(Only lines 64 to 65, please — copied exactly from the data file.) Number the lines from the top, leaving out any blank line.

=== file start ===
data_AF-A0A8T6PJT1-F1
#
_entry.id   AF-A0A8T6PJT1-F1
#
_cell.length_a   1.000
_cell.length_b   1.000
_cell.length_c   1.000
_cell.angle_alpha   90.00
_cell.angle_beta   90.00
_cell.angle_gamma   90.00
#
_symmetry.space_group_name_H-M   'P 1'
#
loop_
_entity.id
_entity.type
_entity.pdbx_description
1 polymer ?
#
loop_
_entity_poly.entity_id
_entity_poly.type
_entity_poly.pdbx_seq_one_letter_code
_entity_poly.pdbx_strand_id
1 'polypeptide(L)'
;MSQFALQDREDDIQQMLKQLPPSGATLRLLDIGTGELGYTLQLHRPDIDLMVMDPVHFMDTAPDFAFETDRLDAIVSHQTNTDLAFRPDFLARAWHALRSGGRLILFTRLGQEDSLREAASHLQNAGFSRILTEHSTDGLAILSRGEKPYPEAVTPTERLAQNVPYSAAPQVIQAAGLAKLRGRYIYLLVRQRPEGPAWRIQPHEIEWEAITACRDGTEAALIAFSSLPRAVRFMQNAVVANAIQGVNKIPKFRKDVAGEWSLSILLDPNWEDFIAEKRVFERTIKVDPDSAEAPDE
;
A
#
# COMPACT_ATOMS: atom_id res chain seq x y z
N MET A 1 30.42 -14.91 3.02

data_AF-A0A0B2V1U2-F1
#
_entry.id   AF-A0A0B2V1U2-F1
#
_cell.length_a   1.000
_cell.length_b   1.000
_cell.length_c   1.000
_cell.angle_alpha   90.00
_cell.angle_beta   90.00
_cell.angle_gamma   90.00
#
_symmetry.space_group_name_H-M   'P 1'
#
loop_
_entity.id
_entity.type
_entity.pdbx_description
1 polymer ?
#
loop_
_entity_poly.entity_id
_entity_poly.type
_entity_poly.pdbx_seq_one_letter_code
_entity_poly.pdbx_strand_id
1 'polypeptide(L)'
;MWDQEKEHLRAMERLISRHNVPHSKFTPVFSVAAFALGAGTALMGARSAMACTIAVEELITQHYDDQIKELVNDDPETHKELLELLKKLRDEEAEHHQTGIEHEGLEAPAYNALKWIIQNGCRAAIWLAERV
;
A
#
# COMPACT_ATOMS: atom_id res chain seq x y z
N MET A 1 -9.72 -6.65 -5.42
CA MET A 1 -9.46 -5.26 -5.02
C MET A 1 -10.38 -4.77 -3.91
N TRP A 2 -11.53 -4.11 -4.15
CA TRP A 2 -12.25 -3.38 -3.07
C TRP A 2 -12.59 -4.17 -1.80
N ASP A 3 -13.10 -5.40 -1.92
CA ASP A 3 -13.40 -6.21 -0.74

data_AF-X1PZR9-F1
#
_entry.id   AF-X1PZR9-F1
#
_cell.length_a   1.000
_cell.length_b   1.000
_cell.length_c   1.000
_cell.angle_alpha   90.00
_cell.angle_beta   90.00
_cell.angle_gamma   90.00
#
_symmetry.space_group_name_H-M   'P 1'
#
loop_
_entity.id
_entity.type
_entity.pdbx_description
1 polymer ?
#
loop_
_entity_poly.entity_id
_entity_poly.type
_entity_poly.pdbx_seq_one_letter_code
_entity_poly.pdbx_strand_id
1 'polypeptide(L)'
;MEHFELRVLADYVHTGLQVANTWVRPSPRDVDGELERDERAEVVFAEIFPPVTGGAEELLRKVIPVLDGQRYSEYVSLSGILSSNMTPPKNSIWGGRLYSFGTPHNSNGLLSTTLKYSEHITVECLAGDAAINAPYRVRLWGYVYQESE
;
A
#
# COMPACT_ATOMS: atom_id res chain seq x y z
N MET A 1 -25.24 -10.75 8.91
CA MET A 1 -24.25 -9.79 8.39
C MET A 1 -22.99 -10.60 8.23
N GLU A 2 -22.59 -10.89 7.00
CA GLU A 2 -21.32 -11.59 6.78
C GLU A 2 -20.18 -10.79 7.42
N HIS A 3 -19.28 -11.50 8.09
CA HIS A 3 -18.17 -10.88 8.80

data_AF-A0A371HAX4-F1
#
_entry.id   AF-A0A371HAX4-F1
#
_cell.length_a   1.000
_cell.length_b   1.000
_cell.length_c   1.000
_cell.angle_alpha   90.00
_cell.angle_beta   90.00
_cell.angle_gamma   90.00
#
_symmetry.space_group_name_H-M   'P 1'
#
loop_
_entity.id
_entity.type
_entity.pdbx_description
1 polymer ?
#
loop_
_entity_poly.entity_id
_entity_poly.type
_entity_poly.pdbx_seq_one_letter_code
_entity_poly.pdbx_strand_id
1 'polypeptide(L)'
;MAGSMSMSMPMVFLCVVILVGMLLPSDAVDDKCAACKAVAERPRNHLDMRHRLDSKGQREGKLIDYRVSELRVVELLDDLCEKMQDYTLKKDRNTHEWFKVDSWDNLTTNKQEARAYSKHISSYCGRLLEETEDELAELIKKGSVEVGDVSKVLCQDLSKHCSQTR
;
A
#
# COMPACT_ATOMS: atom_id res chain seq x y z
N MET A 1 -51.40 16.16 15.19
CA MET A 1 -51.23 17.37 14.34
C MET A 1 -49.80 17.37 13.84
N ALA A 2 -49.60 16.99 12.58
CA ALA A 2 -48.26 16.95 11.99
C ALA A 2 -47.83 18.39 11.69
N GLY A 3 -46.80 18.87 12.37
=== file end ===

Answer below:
C MET A 1 -10.38 -4.77 -3.91
N TRP A 2 -11.53 -4.11 -4.15